Colorado Springs cools down in the evening, which might not seem like a big deal unless you’ve lived in a place where the heat lingers.
I spent a couple of decades in New England and nearly a couple more in various places around the country where, in the summertime, it stayed hot long after the sun went down — not just hot, but humid, too, and there were mosquitoes. That cool, dry, Colorado air is one of the best things about living here, because you can turn off the fans and the air conditioner at dusk and fall asleep with the windows open.
I open all the windows when the sun goes down and let the darkness settle into the house. Evening exhales through the rooms, driving out the heat. Outside my windows the purple lilac and Japanese snowball bush sigh in the dark, releasing the day’s last scented breath. Their sweet smell fills the house, settling in over the day’s diffused odors of cooked meals, housework and sweat. In Ute Valley Park, coyotes howl, and the neighbor dogs join in with a spattering of barks and yowls. They settle down and the night music begins. A pair of owls coos softly in the dark, trading tales of nocturnal wonder. Crickets whisper their song of slumber — a secret lullaby. Sleep comes deep and easy in the fresh night air — the rest, like magic — nectar of the gods for the weary soul.
The real magic starts at dawn. Everything is rested. A thin light slips into the house and with it the morning’s reverie. A pair of mourning doves echoes the owls’ song; in hushed tones they say goodbye to the moon and coo their plans for the day. A woodpecker picks up the beat, rat-a-tat, rat-a-tat, and a flock of sparrows joins in with a cheery melody. Wrens chirp and chatter a merry ditty, while a starling chimes in with a whistle and a tweet. A bevy of magpies gathers in the cottonwood tree; their voices swell in a chorus that drowns out the early morning traffic on Centennial Boulevard.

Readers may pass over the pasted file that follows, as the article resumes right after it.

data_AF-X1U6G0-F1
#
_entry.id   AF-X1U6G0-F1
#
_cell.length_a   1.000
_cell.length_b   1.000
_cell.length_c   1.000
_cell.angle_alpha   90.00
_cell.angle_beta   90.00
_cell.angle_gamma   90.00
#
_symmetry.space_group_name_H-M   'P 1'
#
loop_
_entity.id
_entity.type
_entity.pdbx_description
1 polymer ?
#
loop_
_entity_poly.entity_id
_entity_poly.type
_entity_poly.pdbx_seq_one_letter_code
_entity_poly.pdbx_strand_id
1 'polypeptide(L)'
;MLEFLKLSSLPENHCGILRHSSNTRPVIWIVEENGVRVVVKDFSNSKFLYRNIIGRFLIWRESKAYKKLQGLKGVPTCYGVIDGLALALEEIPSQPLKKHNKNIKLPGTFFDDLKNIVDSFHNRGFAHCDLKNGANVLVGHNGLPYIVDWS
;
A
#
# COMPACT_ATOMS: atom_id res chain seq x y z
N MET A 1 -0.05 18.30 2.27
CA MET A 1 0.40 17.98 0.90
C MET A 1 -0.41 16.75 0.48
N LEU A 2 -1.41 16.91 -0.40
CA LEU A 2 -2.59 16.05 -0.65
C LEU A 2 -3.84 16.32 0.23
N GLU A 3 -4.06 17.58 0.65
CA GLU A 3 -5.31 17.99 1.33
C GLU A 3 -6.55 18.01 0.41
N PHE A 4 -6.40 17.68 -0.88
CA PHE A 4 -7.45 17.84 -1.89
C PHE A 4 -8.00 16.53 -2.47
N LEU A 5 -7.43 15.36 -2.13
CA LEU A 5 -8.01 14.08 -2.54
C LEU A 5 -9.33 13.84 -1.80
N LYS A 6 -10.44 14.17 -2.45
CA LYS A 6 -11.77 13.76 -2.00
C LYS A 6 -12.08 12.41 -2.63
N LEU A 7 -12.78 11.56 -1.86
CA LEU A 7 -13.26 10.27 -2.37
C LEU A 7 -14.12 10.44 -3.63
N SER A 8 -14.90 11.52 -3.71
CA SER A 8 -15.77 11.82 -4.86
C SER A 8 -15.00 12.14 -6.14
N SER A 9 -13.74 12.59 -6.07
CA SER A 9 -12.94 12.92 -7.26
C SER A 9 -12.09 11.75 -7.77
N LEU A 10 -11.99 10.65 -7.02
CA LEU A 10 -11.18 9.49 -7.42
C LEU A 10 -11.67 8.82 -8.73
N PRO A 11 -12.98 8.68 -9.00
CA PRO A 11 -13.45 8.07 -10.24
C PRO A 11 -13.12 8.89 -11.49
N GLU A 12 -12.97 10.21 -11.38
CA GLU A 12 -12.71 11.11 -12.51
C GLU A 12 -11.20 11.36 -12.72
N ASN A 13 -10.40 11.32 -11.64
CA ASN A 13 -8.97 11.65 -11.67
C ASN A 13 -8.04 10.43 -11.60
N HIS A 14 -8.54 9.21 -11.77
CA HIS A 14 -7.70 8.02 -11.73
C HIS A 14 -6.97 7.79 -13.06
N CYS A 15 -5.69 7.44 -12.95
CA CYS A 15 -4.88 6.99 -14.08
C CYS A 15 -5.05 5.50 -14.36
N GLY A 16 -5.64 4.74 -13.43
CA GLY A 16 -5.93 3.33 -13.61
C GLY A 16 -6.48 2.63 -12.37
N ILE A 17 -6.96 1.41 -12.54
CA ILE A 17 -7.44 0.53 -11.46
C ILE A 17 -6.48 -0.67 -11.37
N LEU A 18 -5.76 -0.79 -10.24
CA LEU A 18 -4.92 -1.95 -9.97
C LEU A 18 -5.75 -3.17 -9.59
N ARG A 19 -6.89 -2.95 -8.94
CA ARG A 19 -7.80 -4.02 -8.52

Outside my bedroom window a crow peers through the screen. Peck, peck, peck ... he nibbles at the rooftop and goads me to get up. The sun is barely skimming the horizon but there are so many already at work in the treetops, while I — the lazy human — lie abed enjoying the beautiful music of the morning, the songbird symphony. “Get up, get up!” he says. “There is work to do!”
I make my way downstairs and put on the pot. While the coffee brews I unload the dishwasher then set about closing up the windows to seal in the cold. To the north, the neighbor’s juniper tree rises to a pinnacle above the canopy of Russian olive trees. It is the stage of choice for those birds of song brave and skilled enough to carry a tune on their own.
Today a red-breasted robin perches there on high. He arranges his feathers before the audience below — real or imagined it does not matter — his is not a performance, but an act of joy. I step into the backyard to listen. He raises his beak to the bluing sky and warbles an impromptu aria — long and twisted, beautiful and profound, a delirious greeting to the sun, the day, and anyone lucky enough to live in Colorado and awaken at dawn with the windows open.
Susan Joy Paul is an author, editor and freelance writer. She has lived on Colorado Springs’ northwest side for nearly 20 years. Contact Susan with comments and suggestions for her column at woodmennotes@